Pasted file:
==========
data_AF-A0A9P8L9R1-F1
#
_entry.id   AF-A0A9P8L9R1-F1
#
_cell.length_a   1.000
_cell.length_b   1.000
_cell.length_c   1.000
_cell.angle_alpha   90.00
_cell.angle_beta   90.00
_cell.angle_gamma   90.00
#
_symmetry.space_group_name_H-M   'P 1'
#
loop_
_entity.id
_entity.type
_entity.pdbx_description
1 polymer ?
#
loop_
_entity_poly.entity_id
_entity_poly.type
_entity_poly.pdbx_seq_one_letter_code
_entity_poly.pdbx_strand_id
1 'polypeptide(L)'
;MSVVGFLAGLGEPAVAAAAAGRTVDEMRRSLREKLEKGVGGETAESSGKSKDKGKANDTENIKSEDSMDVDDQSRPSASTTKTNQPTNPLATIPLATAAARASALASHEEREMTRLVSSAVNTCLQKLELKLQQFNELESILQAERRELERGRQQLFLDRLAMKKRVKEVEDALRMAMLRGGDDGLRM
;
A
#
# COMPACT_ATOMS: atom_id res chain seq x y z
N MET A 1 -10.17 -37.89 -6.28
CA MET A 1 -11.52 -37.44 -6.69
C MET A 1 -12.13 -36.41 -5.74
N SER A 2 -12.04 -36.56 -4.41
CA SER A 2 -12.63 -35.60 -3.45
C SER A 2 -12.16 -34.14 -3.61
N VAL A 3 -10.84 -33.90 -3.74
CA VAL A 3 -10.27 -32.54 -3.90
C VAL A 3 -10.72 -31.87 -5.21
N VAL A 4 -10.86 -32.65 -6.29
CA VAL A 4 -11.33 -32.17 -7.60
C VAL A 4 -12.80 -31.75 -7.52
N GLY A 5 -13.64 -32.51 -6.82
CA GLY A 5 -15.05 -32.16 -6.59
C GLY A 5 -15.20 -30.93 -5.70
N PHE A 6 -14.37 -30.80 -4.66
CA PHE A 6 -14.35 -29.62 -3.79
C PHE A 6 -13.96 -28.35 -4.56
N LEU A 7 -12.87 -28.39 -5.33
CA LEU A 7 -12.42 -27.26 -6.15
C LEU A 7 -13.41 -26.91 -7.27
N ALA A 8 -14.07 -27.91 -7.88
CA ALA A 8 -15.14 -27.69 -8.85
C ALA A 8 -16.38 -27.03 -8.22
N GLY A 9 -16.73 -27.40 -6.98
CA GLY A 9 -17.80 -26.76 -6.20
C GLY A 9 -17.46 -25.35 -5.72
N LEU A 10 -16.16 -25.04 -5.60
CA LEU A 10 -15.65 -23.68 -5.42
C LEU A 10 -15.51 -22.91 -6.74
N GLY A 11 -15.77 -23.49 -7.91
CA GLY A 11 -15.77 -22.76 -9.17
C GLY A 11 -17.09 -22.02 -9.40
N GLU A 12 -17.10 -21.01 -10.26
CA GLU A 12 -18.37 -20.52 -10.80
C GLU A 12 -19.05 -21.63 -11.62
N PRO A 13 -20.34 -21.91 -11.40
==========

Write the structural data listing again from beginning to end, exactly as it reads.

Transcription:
data_AF-A0A9P8L9R1-F1
#
_entry.id   AF-A0A9P8L9R1-F1
#
_cell.length_a   1.000
_cell.length_b   1.000
_cell.length_c   1.000
_cell.angle_alpha   90.00
_cell.angle_beta   90.00
_cell.angle_gamma   90.00
#
_symmetry.space_group_name_H-M   'P 1'
#
loop_
_entity.id
_entity.type
_entity.pdbx_description
1 polymer ?
#
loop_
_entity_poly.entity_id
_entity_poly.type
_entity_poly.pdbx_seq_one_letter_code
_entity_poly.pdbx_strand_id
1 'polypeptide(L)'
;MSVVGFLAGLGEPAVAAAAAGRTVDEMRRSLREKLEKGVGGETAESSGKSKDKGKANDTENIKSEDSMDVDDQSRPSASTTKTNQPTNPLATIPLATAAARASALASHEEREMTRLVSSAVNTCLQKLELKLQQFNELESILQAERRELERGRQQLFLDRLAMKKRVKEVEDALRMAMLRGGDDGLRM
;
A
#
# COMPACT_ATOMS: atom_id res chain seq x y z
N MET A 1 -10.17 -37.89 -6.28
CA MET A 1 -11.52 -37.44 -6.69
C MET A 1 -12.13 -36.41 -5.74
N SER A 2 -12.04 -36.56 -4.41
CA SER A 2 -12.63 -35.60 -3.45
C SER A 2 -12.16 -34.14 -3.61
N VAL A 3 -10.84 -33.90 -3.74
CA VAL A 3 -10.27 -32.54 -3.90
C VAL A 3 -10.72 -31.87 -5.21
N VAL A 4 -10.86 -32.65 -6.29
CA VAL A 4 -11.33 -32.17 -7.60
C VAL A 4 -12.80 -31.75 -7.52
N GLY A 5 -13.64 -32.51 -6.82
CA GLY A 5 -15.05 -32.16 -6.59
C GLY A 5 -15.20 -30.93 -5.70
N PHE A 6 -14.37 -30.80 -4.66
CA PHE A 6 -14.35 -29.62 -3.79
C PHE A 6 -13.96 -28.35 -4.56
N LEU A 7 -12.87 -28.39 -5.33
CA LEU A 7 -12.42 -27.26 -6.15
C LEU A 7 -13.41 -26.91 -7.27
N ALA A 8 -14.07 -27.91 -7.88
CA ALA A 8 -15.14 -27.69 -8.85
C ALA A 8 -16.38 -27.03 -8.22
N GLY A 9 -16.73 -27.40 -6.98
CA GLY A 9 -17.80 -26.76 -6.20
C GLY A 9 -17.46 -25.35 -5.72
N LEU A 10 -16.16 -25.04 -5.60
CA LEU A 10 -15.65 -23.68 -5.42
C LEU A 10 -15.51 -22.91 -6.74
N GLY A 11 -15.77 -23.49 -7.91
CA GLY A 11 -15.77 -22.76 -9.17
C GLY A 11 -17.09 -22.02 -9.40
N GLU A 12 -17.10 -21.01 -10.26
CA GLU A 12 -18.37 -20.52 -10.80
C GLU A 12 -19.05 -21.63 -11.62
N PRO A 13 -20.34 -21.91 -11.40